Thursday, May 15, 2014

Should Think Tank Reports Be Shorter?

Besides Think Tank Watch, how many of you have actually read a think tank report from front to back?  And I'm not just talking about the 500-pager, I'm talking about a 10- or 20-page report?

Yesterday, Think Tank Watch wrote a piece titled "Does Anyone Actually Read Think Tank Reports."  And the seeming lack of readership of many reports floating around Washington and elsewhere got me thinking, should think tank reports be shorter?

If so, perhaps the wire services can provide a model.  Here is more on the Associated Press's new guidelines for article length:
The world’s largest independent news organization, the Associated Press...has told its journalists to cut the fat — and keep their stories between 300 and 500 words.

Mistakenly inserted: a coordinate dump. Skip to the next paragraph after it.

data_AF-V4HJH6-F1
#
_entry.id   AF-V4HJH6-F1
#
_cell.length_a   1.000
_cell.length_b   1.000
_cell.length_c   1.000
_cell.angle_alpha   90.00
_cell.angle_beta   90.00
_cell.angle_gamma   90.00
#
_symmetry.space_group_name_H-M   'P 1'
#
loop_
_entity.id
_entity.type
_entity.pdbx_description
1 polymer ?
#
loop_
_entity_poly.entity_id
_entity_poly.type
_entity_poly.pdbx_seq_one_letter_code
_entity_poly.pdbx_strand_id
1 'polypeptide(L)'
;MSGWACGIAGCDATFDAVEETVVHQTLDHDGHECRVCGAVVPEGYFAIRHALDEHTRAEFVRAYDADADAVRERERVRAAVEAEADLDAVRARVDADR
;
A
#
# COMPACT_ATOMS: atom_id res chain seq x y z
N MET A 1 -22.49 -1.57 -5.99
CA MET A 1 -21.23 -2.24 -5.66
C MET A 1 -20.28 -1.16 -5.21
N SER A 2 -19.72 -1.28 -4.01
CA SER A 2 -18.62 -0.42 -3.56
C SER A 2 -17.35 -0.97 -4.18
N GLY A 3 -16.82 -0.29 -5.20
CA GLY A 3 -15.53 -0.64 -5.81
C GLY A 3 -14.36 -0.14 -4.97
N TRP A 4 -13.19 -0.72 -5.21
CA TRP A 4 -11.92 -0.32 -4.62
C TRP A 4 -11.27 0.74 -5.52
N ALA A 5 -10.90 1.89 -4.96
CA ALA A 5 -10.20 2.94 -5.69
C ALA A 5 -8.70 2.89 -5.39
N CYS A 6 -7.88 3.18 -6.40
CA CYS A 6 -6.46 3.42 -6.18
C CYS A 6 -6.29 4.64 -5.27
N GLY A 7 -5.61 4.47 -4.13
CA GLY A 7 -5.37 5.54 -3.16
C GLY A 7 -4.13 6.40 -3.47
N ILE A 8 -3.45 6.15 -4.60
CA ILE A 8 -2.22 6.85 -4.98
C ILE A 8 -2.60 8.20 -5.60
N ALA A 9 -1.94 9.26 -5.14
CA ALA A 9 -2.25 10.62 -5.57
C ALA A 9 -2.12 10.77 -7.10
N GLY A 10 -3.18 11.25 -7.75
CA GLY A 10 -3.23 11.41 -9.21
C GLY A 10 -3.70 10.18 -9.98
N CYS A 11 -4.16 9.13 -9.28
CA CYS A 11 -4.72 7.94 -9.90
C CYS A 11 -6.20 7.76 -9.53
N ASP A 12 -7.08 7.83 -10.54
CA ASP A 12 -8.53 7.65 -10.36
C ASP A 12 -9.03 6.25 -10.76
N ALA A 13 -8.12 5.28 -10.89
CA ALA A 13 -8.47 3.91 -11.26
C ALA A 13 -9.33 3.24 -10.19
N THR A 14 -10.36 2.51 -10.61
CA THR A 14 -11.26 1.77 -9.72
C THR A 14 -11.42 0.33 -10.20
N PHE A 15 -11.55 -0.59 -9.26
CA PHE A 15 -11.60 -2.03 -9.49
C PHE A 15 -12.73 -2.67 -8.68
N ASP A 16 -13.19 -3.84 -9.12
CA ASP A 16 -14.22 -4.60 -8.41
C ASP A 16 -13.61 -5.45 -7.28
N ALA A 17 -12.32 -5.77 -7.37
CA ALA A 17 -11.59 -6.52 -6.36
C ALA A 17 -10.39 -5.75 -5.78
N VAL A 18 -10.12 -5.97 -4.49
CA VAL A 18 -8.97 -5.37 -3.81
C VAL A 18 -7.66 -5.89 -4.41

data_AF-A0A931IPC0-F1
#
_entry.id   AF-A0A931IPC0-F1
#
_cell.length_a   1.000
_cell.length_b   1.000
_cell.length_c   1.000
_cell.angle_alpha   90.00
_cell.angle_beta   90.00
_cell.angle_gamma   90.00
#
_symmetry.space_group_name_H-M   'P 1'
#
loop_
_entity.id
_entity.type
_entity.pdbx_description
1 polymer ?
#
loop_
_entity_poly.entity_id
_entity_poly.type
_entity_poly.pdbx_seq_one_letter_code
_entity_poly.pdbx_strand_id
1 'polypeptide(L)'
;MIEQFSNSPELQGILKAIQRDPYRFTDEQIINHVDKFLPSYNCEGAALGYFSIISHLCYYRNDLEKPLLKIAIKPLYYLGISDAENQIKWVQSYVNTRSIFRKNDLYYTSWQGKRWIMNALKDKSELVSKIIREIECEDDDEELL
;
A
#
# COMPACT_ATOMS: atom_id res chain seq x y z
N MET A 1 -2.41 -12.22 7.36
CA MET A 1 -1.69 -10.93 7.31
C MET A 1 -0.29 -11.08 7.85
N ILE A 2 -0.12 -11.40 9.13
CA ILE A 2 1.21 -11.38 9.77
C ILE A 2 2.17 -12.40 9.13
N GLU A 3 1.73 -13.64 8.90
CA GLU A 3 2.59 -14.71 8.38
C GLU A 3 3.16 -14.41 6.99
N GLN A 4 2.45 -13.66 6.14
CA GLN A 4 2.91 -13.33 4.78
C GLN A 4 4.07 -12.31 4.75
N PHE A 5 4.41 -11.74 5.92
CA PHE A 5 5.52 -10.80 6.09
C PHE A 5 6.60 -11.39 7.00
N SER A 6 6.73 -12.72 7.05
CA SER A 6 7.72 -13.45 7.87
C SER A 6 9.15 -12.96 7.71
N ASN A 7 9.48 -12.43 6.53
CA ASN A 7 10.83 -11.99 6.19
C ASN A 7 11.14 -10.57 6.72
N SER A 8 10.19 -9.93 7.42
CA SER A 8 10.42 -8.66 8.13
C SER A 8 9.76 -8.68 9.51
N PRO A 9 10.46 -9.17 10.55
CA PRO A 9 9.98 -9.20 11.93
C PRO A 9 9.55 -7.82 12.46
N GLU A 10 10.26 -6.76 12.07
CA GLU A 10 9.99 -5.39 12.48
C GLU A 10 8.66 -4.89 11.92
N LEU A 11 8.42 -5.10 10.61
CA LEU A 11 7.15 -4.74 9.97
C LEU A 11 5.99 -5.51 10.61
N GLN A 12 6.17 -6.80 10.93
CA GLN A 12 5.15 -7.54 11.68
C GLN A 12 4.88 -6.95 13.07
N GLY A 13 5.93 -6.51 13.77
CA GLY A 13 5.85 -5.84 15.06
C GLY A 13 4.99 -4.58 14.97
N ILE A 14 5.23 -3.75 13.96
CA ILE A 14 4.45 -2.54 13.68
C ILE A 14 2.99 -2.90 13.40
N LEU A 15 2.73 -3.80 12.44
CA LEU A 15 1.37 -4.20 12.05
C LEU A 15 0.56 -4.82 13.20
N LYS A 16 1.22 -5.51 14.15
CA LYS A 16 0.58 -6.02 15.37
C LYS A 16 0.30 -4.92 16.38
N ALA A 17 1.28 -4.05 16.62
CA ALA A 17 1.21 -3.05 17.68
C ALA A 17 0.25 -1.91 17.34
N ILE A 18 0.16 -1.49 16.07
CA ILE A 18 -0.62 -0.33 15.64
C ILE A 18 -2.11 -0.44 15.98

Exceptions: AP has told its reporters that the top one or two stories in each state may run between 500 and 700 words, and the top global stories of the day may be a practically Faulknerian 700-plus words. Reporters in AP’s newly expanded investigative unit will be permitted to bust the limits.
AP’s wire-service rival, Reuters, instructed its reporters to keep stories under 500 words.

To be sure, think tankers are not necessarily journalists, and there are many short reports that think tank scholars write.  Moreover, there are many different formats that think tanks are using, such as blog posts and short policy briefs.

But most of the ideas in reports that Think Tank Watch reviews can be said with much more brevity.